Oh yeah, there's some music on it too....I love 'Suicide Alley', it's not likely to come in anyone's top 10 Manics songs, but I'd have it on any best of album any day, it's just two and a half minutes of energy.  I first heard it, as I expect many fans did, on the B-side of 'Little Baby Nothing' and it seemed like this funny little tinny punk song (which I suppose it is).  My brother once met James in HMV in Middlesbrough before the first Manics gig I went to on the 'Life becoming a Landslide' tour, and I'm sure I remember him telling me that he told James that 'Motown Junk' and 'Suicide Alley' were his favourite songs.  How to endear yourself to a musician, lesson number 1 - tell them that their earliest and most primitive material is the best when they are going through a bit of a muso phase!

Compared with the demos discussed in previous blogs the music has improved immeasurably, Sean in particular keeps things much tighter.  Your band really is as good as your drummer - have a crap drummer and you can write the best songs in the world and they'll still sound awful.  And while it's by no means particularly flashy I've always loved James' lead part at the end - it shows that all their rehearsing and their live outings were starting to pay off.

The flip side, 'Tennessee (I Get Low)' was never really one of my favourite 'Generation Terrorists' tracks, although it immediately sounds more mature than 'Suicide Alley'.  On the whole it is very similar to the album version, although with different lyrics and the production making it sound a lot more jangly. Picking up on the earlier point about musicianship there is an amazing outro led by Sean, which could easily fall apart and sounds even more impressive given the limited recording time and therefore limited number of takes.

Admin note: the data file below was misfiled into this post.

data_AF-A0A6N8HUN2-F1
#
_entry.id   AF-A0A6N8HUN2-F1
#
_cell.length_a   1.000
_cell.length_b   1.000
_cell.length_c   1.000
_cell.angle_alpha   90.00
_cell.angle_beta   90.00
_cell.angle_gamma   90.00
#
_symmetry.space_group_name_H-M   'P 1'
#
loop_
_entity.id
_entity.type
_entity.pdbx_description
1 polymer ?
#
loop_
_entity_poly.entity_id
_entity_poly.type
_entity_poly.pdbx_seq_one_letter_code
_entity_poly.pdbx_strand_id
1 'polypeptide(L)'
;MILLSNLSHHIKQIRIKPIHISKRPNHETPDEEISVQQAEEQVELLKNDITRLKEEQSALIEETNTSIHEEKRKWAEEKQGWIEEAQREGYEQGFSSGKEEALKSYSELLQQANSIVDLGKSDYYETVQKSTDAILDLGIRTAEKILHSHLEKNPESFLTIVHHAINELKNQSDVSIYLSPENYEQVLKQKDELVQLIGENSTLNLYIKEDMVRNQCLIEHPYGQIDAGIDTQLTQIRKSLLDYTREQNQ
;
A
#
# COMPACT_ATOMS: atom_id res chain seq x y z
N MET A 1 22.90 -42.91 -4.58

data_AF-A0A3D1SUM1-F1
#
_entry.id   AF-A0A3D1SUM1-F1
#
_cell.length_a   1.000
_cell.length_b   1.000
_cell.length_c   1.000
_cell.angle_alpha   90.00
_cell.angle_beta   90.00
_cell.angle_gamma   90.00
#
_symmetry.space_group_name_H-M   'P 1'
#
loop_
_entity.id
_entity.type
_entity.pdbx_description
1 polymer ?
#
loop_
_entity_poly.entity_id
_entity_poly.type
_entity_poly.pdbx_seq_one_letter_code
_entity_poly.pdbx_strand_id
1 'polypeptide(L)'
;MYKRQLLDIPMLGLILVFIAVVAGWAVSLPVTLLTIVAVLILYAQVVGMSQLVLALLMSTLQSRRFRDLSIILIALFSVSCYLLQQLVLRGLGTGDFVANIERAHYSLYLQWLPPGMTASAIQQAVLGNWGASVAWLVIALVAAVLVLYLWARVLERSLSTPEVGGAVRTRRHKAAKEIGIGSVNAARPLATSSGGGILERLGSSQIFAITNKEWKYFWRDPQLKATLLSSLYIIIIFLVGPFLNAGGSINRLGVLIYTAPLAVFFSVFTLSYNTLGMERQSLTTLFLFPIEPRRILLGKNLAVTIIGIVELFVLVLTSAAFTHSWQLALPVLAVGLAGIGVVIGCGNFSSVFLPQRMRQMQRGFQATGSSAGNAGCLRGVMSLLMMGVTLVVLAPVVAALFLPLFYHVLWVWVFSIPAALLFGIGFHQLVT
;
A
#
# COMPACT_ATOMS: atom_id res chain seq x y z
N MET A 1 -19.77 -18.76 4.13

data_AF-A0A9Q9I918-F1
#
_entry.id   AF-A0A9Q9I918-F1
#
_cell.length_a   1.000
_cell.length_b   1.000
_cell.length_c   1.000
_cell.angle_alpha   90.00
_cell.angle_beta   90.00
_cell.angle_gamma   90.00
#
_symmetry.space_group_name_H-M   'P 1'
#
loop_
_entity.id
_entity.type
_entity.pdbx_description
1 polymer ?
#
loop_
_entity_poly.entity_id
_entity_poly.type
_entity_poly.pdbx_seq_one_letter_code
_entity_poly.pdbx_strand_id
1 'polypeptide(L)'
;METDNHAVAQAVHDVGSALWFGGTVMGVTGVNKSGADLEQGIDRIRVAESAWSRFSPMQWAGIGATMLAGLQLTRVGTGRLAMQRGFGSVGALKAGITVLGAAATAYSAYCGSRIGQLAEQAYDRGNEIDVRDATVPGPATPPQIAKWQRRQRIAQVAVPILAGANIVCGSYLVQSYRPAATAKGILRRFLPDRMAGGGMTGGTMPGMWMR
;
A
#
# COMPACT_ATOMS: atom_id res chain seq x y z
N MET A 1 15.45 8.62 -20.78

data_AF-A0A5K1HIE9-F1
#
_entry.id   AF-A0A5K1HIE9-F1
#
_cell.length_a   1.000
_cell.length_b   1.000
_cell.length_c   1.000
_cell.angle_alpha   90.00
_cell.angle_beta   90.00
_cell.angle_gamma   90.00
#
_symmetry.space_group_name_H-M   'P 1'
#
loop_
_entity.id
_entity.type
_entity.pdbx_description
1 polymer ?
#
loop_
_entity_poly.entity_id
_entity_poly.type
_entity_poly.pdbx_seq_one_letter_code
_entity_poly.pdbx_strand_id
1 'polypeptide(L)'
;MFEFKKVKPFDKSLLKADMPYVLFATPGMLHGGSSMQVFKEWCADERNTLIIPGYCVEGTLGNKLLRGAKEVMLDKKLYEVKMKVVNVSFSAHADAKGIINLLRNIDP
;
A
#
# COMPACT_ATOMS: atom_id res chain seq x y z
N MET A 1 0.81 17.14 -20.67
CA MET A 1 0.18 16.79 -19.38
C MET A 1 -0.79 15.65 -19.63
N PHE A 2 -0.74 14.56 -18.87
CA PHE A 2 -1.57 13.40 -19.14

Both songs also turned up on the 'Underground Rockers Volume 2' compilation, a record I bought a couple of years ago mainly to complete my Senseless Things collection rather than for the two Manics songs, but two birds, one stone and all that.  Other highlights include The AB's with 'Englebert Humperdink's Racing Pigeon' - that's highlights in spelling and grammar rather than music (note the misspelling of Tennessee also).  It seems like a strange title and cover for what essentially seems to be a punk compilation.

Around the same time that 'Suicide Alley' was coming out in August 1989 the Manics ventured out for their first London gig.at the Horse and Groom, which is captured for posterity on the trusty old 'Tortured Genius' bootleg.



Kicking off with 'New Art Riot' they sound really good and really together given their inexperience.  Something tells me that if there were pictures to go alongside the music they might tell a different story, the bravado of the music balanced out by the slightly awkward, self-conscious soundbites between songs, such as 'Every time we turn to have a drink it isn't rock and roll, it's just we need one'.  Delivered in a classic Wire sneer that might just about work, but it comes from James like a mouse reading from a piece of paper...if mice could talk obviously.  And read.